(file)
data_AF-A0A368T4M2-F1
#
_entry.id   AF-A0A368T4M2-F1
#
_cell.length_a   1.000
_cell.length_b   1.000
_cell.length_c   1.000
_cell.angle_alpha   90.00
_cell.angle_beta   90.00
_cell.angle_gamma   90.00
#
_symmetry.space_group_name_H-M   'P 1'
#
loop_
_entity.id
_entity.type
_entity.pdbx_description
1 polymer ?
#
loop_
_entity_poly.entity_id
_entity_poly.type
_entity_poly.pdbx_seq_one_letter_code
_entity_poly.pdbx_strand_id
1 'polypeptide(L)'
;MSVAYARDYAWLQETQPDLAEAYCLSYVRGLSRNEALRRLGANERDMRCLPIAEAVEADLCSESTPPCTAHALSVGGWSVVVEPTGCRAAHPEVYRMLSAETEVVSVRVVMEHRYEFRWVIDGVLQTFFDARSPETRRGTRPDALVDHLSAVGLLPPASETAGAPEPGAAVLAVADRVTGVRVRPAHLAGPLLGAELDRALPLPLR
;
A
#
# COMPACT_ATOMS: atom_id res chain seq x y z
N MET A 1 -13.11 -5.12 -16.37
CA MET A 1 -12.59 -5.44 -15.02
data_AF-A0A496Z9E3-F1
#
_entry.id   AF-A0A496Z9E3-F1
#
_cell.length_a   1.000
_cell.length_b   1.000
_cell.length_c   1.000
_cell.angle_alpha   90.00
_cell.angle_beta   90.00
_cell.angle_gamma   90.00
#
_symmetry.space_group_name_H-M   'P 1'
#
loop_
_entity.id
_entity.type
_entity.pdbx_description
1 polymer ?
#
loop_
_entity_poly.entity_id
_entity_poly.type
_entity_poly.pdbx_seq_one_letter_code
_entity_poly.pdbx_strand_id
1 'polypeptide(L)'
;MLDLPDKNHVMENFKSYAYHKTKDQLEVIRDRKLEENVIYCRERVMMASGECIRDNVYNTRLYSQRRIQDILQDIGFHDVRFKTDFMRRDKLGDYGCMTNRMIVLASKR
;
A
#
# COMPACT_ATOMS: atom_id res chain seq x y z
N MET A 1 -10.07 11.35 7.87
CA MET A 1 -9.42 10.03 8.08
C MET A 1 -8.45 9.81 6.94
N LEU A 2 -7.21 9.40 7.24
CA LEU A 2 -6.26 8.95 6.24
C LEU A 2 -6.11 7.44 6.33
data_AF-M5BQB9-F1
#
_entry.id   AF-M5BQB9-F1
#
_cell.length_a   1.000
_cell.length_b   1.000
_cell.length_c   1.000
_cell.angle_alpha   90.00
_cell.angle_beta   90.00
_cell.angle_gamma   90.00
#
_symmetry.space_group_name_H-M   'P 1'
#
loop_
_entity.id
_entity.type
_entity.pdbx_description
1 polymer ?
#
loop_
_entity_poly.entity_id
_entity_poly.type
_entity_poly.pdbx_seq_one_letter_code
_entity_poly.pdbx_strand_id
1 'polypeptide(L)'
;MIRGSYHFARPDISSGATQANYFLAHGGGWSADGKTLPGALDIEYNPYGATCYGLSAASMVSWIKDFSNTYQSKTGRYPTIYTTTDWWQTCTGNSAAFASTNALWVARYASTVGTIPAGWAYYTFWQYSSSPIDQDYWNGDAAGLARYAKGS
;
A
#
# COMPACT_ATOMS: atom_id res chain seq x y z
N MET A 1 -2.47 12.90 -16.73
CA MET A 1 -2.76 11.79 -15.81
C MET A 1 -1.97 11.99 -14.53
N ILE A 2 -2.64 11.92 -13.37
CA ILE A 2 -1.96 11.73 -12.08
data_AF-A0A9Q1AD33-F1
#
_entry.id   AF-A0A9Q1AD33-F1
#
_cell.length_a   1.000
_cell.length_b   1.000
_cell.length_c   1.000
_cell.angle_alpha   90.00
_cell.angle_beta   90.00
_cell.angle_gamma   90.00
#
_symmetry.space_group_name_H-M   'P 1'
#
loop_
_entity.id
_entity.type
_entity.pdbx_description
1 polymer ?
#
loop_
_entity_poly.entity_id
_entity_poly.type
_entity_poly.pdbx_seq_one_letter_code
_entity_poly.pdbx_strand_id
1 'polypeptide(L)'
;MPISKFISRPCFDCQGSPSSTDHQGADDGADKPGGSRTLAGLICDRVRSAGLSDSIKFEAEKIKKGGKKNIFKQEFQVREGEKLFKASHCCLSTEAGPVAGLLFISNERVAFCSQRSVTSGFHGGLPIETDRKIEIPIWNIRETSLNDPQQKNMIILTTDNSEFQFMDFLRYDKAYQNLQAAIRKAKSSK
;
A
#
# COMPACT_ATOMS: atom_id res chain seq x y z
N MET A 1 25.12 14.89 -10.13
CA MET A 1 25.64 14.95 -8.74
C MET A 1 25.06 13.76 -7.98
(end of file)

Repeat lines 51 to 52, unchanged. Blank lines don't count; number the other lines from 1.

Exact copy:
#
loop_